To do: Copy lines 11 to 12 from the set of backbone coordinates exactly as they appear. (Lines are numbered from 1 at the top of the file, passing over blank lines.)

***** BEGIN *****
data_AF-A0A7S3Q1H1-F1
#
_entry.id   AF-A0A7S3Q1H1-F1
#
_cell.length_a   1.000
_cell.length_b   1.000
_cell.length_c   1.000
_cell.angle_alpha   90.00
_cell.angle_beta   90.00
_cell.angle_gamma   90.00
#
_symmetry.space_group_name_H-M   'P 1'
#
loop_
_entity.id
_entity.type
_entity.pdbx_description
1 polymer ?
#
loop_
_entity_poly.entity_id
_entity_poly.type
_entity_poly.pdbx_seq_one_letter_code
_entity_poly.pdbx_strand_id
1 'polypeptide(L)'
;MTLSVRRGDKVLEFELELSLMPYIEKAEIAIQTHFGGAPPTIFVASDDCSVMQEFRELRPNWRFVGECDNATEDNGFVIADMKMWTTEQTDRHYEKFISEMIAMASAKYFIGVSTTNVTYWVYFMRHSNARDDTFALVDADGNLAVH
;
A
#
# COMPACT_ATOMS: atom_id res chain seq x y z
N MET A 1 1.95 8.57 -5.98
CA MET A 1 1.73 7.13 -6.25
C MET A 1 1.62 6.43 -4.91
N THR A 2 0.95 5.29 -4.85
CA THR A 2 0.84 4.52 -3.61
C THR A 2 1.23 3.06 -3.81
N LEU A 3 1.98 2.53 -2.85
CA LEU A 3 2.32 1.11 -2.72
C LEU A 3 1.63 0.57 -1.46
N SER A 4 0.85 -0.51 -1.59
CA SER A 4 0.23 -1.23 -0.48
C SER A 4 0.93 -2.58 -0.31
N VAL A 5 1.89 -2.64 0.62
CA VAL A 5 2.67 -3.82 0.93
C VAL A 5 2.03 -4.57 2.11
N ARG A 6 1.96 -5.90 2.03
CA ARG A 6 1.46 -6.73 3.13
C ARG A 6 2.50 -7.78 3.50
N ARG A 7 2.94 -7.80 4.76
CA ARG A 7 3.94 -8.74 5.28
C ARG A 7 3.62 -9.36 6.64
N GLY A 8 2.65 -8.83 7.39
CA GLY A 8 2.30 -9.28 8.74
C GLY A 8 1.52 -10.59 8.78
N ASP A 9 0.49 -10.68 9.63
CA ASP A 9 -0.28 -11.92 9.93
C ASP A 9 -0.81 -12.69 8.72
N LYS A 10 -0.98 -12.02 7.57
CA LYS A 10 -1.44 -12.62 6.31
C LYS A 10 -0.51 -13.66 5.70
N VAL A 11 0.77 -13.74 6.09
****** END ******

#
_symmetry.space_group_name_H-M   'P 1'